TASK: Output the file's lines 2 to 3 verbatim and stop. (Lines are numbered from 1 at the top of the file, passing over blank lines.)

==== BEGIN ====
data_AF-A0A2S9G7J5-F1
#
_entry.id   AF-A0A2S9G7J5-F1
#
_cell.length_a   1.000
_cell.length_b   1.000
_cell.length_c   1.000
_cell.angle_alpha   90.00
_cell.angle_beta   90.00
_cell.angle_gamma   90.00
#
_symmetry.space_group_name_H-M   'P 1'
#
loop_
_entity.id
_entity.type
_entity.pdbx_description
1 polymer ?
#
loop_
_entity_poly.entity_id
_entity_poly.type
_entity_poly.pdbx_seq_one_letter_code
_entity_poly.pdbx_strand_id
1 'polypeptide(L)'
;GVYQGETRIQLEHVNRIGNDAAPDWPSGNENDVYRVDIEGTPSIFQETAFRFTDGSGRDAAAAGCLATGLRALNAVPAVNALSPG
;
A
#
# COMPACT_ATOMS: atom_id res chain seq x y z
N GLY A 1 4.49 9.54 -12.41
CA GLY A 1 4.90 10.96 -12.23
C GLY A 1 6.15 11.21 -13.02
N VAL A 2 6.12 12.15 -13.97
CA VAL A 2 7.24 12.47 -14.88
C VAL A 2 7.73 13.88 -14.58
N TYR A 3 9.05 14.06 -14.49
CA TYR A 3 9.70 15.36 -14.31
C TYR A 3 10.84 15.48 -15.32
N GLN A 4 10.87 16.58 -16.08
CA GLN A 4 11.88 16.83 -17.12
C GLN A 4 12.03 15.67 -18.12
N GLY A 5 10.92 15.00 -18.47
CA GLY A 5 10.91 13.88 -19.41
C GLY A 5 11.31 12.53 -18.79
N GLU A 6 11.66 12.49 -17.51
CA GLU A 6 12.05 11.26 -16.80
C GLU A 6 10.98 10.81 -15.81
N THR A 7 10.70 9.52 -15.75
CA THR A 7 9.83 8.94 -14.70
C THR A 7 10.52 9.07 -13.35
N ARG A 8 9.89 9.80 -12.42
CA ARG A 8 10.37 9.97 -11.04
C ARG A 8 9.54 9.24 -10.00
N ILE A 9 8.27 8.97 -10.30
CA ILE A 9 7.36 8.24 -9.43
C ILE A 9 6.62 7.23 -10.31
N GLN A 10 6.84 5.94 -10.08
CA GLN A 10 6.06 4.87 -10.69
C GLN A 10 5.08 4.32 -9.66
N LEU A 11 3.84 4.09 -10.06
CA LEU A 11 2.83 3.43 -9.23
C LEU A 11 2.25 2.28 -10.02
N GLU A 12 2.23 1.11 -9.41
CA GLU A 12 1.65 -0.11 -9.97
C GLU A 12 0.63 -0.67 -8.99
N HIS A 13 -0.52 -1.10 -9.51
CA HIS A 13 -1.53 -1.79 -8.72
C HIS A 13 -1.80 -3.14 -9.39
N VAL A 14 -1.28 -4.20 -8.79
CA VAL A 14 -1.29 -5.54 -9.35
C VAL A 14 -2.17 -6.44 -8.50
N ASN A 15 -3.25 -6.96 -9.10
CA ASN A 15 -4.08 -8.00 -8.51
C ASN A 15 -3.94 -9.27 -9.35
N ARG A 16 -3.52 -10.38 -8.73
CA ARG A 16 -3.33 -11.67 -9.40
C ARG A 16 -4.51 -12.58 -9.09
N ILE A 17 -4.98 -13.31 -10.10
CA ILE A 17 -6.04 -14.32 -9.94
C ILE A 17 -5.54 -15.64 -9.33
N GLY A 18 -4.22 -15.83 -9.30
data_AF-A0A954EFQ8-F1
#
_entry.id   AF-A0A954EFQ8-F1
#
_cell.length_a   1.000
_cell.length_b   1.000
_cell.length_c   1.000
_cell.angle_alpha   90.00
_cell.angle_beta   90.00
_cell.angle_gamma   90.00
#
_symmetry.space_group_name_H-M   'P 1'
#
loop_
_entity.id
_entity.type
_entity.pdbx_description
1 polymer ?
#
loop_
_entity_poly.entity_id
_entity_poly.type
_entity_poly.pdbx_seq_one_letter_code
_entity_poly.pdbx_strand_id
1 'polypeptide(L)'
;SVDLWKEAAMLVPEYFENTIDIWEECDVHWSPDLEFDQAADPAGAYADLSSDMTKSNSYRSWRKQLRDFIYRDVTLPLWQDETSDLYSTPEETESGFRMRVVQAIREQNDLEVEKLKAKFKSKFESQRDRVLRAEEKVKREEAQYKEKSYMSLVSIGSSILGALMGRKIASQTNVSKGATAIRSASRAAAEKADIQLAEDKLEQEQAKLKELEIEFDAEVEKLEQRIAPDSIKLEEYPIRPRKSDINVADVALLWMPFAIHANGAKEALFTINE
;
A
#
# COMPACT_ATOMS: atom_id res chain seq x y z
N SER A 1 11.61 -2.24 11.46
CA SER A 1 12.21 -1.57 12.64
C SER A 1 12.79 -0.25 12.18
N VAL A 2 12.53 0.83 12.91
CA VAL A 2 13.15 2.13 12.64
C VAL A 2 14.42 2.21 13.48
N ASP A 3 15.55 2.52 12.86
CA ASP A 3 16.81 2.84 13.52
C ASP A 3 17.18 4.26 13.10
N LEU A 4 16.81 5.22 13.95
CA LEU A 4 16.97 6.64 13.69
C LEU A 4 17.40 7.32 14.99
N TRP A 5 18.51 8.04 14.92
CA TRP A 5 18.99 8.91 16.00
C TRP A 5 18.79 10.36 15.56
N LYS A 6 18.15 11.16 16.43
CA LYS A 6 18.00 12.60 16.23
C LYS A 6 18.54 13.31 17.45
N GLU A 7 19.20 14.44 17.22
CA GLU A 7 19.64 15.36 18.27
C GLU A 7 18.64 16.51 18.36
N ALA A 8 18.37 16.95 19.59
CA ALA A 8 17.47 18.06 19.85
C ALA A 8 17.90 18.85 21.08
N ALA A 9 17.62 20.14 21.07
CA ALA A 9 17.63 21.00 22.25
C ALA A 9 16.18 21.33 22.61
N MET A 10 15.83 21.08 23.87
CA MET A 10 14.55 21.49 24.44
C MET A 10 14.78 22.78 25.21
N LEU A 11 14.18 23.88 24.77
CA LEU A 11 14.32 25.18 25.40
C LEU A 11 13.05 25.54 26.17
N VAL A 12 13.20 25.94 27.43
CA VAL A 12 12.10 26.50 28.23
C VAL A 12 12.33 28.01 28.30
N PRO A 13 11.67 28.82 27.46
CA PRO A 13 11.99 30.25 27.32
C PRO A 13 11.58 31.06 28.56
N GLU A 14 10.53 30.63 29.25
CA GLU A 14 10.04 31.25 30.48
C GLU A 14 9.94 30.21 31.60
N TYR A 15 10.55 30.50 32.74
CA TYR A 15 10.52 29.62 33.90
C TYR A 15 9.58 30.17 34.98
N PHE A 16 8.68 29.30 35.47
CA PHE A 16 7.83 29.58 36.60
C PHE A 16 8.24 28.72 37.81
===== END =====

#
_entry.id   AF-A0A2S9G7J5-F1